Seeking to juice profits, some Indian drug makers bribe doctors with credit cards, free trips, interest payments on car loans, advisory board fees, and women who provide “entertainment,” according to a report from an advocacy group, which argued such practices threaten to undermine public health.

In fact, as many as 80% of physicians in India may accept inducements, an issue made easier by a lack of regulation and a failure by professional societies to promote ethics, the Support for Advocacy and Training to Health Initiatives found after interviewing 50 sales reps, doctors, and industry executives.

Unlock this article by subscribing to STAT Plus and enjoy your first 30 days free!

GET STARTED

What is it?

STAT Plus is STAT's premium subscription service for in-depth biotech, pharma, policy, and life science coverage and analysis. Our award-winning team covers news on Wall Street, policy developments in Washington, early science breakthroughs and clinical trial results, and health care disruption in Silicon Valley and beyond.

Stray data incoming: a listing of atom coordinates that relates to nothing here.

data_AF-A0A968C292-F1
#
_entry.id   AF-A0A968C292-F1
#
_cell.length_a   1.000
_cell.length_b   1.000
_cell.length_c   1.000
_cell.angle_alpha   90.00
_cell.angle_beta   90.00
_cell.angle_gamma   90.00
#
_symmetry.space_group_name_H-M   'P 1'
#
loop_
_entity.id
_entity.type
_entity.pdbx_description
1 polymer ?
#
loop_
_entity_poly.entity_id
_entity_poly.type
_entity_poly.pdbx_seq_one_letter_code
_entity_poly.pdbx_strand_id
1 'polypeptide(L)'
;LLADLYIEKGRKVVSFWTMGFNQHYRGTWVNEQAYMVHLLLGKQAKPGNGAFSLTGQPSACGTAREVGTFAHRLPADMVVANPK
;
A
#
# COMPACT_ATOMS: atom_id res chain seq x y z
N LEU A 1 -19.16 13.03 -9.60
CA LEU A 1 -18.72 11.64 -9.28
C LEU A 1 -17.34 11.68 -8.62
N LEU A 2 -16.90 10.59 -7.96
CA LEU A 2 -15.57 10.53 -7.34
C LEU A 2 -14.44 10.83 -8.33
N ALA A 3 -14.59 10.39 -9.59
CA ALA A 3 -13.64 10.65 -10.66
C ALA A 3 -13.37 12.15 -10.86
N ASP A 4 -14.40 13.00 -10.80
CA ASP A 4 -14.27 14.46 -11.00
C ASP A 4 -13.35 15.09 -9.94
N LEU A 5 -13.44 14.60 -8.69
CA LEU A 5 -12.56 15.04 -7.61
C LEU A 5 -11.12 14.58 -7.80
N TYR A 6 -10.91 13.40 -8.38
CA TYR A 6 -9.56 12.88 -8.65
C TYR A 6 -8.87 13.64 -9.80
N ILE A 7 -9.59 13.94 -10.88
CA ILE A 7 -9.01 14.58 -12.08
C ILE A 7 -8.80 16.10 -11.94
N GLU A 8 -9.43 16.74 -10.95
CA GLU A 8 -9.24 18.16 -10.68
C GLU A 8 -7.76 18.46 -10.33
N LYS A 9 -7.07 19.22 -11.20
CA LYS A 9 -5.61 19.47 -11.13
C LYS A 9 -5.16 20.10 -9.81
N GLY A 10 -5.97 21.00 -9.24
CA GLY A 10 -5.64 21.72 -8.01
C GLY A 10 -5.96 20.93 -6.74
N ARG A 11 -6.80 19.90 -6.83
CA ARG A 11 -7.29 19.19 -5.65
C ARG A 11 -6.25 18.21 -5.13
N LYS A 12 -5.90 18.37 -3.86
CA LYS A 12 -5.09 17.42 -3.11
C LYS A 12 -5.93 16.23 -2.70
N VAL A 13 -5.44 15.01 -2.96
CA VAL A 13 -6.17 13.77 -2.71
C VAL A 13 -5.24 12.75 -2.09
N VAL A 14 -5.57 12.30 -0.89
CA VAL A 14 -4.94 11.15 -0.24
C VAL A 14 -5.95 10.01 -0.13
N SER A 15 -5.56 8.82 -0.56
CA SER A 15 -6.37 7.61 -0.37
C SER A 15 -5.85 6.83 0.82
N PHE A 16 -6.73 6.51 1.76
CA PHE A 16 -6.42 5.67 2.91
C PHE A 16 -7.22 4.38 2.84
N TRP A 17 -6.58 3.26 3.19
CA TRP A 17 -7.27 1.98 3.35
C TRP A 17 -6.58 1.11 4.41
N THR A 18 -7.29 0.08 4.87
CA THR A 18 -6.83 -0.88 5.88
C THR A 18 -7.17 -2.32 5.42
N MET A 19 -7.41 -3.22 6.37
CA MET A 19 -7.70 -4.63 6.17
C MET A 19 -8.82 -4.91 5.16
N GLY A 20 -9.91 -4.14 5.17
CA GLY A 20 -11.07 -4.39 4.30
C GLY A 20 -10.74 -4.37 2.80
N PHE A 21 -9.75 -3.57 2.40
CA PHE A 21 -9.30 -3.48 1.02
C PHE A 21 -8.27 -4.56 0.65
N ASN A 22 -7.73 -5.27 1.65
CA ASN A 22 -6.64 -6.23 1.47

What's included?

  • Daily reporting and analysis
  • The most comprehensive industry coverage from a powerhouse team of reporters
  • Subscriber-only newsletters
  • Daily newsletters to brief you on the most important industry news of the day
  • STAT+ Conversations
  • Weekly opportunities to engage with our reporters and leading industry experts in live video conversations
  • Exclusive industry events
  • Premium access to subscriber-only networking events around the country
  • The best reporters in the industry
  • The most trusted and well-connected newsroom in the health care industry
  • And much more
  • Exclusive interviews with industry leaders, profiles, and premium tools, like our CRISPR Trackr.
Sign up to receive a free weekly opinions recap from our community of experts.
Privacy Policy